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Fishing flies supplier see upsurge in demand

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Gone Fishing is taking on more fly tyers to cater for the upsurge in demand for its products.

Kenyan-based supplier of flies, Gone Fishing, is set to double its production floor space following a surge in demand over the last 12 months.

The company says that it has attracted new business and seen orders rise from existing customers for its saltwater, trout and salmon flies. Managing Director Johnny Onslow said: “This is certainly an encouraging trend for the industry. The upsurge in orders we have received also reflects satisfaction with the quality and service we offer our clients.”

The new production facility will be capable of manufacturing 18,000 dozen flies a month and the company has embarked on a training programme for new tyers, including the recruitment of handicapped youngsters from a local school who are keen to take up fly tying as a profession.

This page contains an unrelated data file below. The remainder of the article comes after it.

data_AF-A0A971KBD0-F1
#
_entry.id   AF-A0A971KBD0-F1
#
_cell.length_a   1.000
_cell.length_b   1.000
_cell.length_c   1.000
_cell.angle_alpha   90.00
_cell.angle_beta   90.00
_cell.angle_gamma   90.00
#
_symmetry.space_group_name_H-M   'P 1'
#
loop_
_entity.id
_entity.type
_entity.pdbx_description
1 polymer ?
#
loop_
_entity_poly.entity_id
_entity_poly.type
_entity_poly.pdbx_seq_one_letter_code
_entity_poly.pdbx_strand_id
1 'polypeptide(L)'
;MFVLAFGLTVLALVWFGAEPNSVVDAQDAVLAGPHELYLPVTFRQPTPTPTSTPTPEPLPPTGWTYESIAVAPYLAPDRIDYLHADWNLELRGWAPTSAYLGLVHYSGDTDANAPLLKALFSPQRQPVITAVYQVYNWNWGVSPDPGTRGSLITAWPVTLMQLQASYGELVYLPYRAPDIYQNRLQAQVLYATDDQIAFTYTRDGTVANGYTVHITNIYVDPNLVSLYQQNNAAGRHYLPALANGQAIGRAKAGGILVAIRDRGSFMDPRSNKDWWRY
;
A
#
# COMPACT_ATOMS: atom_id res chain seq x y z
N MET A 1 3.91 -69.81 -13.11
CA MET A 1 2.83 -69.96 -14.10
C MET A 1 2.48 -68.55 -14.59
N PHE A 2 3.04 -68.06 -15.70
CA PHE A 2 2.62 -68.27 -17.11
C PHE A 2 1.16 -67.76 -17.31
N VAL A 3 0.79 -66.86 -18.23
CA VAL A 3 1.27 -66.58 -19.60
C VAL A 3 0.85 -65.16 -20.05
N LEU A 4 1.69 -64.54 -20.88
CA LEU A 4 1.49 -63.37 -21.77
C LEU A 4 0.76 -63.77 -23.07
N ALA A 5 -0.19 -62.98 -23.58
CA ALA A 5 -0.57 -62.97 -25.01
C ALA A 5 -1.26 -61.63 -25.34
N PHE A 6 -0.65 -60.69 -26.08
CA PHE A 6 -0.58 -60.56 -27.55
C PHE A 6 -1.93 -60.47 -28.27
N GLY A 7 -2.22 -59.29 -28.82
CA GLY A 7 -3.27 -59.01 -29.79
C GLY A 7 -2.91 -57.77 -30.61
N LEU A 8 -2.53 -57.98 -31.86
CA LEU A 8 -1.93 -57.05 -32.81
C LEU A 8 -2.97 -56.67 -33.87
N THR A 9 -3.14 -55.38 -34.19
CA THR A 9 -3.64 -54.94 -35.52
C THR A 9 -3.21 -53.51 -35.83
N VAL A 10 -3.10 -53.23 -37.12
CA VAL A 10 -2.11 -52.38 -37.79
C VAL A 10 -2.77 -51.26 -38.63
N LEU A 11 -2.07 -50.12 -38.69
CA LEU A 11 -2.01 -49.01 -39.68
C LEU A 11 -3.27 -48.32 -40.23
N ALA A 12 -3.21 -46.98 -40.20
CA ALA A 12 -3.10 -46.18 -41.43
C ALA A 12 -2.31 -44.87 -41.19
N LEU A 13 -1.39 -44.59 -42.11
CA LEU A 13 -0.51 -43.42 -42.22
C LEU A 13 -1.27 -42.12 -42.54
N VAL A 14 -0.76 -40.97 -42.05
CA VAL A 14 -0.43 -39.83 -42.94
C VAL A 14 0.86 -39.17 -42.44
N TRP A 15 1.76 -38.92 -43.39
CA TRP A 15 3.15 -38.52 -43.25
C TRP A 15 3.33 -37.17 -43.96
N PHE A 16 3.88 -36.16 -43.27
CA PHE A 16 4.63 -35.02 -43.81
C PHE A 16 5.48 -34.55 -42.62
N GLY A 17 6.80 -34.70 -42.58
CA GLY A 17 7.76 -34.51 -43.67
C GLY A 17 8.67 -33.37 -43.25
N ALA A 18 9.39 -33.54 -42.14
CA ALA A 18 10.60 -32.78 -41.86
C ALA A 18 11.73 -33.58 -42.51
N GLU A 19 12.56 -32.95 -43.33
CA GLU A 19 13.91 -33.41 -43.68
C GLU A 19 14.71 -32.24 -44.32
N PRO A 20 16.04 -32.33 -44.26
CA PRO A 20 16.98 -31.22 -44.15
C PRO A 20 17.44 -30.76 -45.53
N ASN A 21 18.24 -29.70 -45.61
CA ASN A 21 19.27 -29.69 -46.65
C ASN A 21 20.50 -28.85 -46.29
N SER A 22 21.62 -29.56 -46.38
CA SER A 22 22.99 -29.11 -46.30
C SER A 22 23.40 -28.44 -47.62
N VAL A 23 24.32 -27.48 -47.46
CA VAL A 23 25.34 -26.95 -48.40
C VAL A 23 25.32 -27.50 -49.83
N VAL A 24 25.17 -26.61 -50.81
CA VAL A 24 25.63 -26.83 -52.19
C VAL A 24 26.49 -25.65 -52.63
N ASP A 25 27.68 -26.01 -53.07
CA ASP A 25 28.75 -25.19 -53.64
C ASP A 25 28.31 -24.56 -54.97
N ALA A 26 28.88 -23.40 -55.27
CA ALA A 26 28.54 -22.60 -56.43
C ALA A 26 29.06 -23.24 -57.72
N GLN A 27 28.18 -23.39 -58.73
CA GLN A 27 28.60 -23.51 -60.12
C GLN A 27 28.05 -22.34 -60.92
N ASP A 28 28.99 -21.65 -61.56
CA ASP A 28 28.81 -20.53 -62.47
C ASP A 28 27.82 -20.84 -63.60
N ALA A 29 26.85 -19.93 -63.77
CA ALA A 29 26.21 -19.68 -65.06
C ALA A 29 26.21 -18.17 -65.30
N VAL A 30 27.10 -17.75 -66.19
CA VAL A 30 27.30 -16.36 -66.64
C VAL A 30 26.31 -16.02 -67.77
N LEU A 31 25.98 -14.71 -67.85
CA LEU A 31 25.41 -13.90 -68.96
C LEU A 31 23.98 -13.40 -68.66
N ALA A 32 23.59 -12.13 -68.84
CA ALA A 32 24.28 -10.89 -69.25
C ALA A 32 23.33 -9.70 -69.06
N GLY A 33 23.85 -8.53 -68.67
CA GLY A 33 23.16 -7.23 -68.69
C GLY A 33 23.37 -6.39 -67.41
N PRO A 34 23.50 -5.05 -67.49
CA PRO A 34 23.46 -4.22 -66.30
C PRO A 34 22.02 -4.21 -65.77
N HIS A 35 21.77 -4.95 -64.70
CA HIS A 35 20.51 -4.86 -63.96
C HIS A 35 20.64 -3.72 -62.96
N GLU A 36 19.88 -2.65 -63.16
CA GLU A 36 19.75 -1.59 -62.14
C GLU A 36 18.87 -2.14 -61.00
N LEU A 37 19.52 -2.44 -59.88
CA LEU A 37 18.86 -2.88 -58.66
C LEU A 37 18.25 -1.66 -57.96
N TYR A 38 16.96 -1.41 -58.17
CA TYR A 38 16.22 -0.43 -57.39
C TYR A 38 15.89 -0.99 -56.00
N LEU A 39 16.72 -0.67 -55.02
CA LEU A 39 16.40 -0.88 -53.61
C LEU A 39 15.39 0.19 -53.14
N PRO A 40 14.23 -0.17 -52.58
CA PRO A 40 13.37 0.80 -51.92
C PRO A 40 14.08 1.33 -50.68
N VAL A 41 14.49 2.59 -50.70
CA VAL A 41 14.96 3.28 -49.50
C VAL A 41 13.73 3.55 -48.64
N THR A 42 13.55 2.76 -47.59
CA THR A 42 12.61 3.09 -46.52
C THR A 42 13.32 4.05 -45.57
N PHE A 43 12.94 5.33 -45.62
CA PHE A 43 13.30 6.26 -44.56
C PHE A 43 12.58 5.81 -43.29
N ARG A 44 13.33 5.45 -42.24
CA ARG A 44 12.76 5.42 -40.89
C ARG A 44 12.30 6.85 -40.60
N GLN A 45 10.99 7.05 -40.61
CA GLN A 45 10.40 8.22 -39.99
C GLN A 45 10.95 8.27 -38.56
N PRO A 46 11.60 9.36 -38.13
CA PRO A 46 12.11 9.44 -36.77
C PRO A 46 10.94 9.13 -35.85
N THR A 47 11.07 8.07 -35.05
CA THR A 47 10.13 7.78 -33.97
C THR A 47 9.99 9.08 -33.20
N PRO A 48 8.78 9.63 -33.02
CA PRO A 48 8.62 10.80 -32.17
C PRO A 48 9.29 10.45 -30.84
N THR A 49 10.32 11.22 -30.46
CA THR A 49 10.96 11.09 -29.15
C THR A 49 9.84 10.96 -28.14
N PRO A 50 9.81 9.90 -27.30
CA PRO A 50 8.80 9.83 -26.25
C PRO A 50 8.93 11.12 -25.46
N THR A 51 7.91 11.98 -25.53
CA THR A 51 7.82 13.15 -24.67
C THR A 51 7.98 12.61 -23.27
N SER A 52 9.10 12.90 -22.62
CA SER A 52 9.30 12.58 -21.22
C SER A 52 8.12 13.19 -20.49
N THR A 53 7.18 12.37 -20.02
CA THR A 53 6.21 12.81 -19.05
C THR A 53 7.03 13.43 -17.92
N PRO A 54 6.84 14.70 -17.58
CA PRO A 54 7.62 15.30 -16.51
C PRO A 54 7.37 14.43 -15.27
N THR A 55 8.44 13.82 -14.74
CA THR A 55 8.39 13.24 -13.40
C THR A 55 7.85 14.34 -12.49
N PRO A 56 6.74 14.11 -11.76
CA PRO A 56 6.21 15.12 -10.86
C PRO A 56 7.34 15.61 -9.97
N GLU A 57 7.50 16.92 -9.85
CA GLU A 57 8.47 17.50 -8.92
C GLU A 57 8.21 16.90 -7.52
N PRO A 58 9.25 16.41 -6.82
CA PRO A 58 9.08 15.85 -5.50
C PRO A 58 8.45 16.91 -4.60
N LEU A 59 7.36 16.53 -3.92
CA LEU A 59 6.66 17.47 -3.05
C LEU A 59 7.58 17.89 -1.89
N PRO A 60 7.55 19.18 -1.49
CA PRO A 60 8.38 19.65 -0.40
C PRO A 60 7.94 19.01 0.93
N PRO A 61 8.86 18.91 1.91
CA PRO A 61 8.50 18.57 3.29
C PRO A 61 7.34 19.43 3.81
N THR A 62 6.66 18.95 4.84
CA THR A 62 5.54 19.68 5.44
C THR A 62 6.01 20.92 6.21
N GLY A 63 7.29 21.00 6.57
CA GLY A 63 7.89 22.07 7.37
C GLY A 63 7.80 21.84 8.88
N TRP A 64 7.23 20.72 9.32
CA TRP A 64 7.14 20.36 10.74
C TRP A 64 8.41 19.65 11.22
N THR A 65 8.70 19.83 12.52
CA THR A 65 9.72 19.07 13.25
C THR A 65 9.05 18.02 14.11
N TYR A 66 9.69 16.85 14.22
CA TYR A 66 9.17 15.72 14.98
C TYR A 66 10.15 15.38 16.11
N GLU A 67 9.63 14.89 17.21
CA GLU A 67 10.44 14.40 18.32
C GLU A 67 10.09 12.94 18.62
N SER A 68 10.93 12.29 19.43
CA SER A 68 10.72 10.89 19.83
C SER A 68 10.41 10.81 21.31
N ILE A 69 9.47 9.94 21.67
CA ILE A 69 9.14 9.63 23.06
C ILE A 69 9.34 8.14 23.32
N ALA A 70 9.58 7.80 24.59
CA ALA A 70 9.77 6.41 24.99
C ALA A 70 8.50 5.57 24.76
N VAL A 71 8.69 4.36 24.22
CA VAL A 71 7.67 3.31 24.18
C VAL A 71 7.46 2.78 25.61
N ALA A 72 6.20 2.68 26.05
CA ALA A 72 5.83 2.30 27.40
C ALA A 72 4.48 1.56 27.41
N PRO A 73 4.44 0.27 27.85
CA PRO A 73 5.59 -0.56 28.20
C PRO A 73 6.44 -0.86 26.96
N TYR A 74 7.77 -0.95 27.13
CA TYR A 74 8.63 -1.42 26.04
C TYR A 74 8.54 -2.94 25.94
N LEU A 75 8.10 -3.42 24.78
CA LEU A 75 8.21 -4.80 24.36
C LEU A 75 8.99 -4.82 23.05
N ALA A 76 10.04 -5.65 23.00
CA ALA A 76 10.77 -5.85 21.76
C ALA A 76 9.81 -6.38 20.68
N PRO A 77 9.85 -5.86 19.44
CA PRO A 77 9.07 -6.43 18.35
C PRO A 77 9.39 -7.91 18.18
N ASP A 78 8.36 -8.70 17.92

“We focus on quality development and training for all staff and link our customers with their own team of fly tyers with whom they can discuss their requirements.

“A most successful initiative was to welcome one of our customers and his family to our base in Rongai. While he worked with his team developing new patterns and establishing a close relationship with the tyers, the family enjoyed a sunshine break. The benefits of this close relationship are significant.”

Onslow added that the company was on the up despite the ‘dubious’ reputation of some operators in Kenya. He admitted: “Many customers are wary of dealing with anyone from this part of the world. However, it is worth pointing out that many of the best known brands originate from here.

“As in all industries, there are a few unscrupulous operators. Customers coming here looking for the cheapest prices need to be beware. Sadly, our Government, despite its pledges to support export businesses, has not produced any obvious legislation that has been supportive.

“However, it has been very successful in increasing the cost and complexity of the importation of raw materials and overseeing the rocketing of licence fees – 90% of what we use is imported, so life is not easy.”

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